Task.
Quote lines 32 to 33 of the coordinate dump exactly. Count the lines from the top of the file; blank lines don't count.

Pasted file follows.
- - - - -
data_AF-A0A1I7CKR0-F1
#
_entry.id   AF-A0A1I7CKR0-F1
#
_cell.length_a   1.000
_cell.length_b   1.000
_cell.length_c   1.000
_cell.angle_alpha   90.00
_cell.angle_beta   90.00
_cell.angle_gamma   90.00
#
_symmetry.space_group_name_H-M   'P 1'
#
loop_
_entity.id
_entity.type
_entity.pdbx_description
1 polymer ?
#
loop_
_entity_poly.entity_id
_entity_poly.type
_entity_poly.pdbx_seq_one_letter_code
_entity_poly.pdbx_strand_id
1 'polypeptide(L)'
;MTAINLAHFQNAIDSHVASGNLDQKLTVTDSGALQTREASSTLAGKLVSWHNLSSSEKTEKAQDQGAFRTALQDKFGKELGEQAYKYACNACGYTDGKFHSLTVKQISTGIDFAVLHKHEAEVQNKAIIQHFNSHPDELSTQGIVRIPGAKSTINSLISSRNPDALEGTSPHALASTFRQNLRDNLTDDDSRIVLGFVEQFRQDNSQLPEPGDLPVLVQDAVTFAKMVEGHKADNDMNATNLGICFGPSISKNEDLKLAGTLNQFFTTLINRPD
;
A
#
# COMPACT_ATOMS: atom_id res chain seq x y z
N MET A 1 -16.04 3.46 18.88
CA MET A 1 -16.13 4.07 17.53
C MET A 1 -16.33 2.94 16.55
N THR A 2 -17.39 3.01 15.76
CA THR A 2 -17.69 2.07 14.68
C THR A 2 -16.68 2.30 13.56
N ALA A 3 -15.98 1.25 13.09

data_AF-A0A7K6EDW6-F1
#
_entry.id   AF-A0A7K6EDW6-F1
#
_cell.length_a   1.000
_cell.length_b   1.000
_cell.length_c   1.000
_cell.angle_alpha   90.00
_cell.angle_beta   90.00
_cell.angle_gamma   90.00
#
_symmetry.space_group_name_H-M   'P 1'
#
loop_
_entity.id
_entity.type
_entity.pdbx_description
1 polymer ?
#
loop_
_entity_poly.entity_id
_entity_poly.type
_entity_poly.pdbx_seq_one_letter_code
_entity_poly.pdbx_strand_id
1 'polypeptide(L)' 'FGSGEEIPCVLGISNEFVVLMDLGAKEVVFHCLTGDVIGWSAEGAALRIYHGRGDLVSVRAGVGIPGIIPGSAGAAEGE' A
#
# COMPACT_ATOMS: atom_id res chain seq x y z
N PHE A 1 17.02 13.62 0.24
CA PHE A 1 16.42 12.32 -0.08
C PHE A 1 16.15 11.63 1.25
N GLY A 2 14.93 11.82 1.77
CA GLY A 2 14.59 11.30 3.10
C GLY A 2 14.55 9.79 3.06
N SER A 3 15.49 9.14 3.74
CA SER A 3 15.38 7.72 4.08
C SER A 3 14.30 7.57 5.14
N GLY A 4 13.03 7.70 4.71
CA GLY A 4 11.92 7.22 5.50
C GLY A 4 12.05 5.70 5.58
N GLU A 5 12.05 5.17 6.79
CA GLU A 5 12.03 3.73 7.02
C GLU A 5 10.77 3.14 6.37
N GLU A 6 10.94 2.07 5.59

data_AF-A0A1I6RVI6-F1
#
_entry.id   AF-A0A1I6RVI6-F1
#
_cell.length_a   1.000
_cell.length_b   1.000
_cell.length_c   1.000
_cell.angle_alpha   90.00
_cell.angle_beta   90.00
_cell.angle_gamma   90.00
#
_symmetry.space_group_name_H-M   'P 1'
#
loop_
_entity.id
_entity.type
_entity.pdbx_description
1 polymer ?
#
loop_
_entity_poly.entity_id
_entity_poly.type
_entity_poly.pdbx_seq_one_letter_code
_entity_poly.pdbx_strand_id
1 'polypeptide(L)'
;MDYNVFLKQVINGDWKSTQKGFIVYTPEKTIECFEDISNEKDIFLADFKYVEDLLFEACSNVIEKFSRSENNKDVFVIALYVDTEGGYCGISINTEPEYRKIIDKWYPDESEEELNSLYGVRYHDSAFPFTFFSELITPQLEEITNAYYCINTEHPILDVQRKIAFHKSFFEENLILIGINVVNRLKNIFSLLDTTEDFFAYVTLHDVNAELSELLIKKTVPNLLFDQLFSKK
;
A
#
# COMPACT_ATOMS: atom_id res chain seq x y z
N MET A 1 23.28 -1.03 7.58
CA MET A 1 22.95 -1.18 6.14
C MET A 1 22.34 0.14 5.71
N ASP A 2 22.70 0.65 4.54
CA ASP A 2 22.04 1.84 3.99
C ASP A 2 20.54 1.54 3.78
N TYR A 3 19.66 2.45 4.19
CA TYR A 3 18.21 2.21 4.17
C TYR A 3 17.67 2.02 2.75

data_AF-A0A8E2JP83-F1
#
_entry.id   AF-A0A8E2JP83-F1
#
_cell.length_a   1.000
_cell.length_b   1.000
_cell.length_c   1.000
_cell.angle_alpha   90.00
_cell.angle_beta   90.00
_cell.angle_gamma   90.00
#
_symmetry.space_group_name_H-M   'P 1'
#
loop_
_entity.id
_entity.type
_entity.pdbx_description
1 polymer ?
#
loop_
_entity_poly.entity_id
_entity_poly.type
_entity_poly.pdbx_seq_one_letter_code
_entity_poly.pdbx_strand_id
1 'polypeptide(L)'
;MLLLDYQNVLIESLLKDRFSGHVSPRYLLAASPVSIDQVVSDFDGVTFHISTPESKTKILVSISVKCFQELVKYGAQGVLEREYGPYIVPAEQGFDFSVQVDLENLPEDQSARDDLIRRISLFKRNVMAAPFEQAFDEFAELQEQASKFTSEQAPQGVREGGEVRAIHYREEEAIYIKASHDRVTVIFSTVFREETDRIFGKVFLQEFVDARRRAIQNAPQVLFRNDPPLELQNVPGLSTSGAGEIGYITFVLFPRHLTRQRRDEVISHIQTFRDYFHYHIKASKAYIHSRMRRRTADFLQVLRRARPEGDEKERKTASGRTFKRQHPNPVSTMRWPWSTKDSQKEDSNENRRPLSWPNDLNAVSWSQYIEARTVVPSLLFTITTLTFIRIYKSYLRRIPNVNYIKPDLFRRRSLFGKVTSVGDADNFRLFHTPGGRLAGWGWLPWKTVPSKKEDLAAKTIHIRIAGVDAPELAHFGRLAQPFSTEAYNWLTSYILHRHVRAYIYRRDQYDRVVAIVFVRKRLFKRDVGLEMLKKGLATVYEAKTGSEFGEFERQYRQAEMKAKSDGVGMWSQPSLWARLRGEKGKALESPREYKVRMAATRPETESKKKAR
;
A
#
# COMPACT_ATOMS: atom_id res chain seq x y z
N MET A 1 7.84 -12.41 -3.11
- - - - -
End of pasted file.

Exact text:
CA MET A 1 -16.13 4.07 17.53
C MET A 1 -16.33 2.94 16.55